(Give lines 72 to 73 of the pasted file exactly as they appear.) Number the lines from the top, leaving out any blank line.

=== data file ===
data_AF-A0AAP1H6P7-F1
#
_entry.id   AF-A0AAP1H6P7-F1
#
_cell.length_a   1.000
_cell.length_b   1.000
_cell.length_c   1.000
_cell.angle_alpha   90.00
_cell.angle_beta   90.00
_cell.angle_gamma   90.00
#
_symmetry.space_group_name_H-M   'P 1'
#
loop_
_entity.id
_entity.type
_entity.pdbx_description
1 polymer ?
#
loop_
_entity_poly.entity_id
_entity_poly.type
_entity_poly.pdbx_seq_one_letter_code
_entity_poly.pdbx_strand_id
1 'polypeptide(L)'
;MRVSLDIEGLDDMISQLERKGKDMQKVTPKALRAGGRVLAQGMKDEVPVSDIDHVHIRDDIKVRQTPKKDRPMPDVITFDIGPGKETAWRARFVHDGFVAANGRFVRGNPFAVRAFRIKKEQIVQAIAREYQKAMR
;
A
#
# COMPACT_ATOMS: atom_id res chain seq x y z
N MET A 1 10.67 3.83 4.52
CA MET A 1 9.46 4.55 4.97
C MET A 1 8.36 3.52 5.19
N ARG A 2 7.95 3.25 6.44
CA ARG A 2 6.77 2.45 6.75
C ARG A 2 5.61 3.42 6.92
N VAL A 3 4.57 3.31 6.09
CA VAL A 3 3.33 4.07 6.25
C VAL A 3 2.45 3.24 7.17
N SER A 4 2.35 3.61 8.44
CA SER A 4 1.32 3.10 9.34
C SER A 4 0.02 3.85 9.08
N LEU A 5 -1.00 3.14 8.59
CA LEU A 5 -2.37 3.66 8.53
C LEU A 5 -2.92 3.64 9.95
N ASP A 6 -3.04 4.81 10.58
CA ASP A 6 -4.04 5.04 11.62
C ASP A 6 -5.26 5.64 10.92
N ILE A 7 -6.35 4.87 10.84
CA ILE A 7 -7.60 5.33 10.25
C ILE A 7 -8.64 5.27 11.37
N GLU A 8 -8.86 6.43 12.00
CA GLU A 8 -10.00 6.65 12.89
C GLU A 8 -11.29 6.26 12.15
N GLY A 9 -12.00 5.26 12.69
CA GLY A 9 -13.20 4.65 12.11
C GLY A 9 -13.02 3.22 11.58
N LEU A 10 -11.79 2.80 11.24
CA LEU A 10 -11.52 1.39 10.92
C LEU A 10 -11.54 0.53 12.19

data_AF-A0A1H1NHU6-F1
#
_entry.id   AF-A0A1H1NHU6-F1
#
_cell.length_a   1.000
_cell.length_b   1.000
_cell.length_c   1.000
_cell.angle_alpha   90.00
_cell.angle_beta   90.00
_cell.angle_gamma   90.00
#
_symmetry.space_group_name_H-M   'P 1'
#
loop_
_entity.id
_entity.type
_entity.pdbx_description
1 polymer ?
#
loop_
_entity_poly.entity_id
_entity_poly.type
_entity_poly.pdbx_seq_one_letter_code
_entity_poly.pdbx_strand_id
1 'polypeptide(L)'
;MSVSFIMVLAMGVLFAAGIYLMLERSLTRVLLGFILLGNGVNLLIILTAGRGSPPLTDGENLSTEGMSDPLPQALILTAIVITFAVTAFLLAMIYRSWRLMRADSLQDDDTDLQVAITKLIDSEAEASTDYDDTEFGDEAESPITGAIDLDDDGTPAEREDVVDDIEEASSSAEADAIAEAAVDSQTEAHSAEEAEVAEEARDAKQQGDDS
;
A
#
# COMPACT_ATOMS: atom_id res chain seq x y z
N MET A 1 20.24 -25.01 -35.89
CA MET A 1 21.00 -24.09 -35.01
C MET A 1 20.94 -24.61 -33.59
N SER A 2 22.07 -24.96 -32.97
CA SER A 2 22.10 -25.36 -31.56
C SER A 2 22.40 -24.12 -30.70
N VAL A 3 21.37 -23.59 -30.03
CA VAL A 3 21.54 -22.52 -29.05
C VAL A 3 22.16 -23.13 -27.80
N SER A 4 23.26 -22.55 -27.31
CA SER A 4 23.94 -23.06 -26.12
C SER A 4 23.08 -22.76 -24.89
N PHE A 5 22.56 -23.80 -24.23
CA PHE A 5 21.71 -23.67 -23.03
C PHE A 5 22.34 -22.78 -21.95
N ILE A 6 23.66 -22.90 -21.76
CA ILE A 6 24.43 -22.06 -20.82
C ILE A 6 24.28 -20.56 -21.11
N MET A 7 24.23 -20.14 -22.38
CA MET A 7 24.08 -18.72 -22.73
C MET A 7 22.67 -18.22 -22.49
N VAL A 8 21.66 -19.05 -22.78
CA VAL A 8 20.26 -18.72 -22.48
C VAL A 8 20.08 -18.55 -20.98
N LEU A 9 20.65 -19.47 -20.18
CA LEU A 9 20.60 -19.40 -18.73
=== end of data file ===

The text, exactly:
_symmetry.space_group_name_H-M   'P 1'
#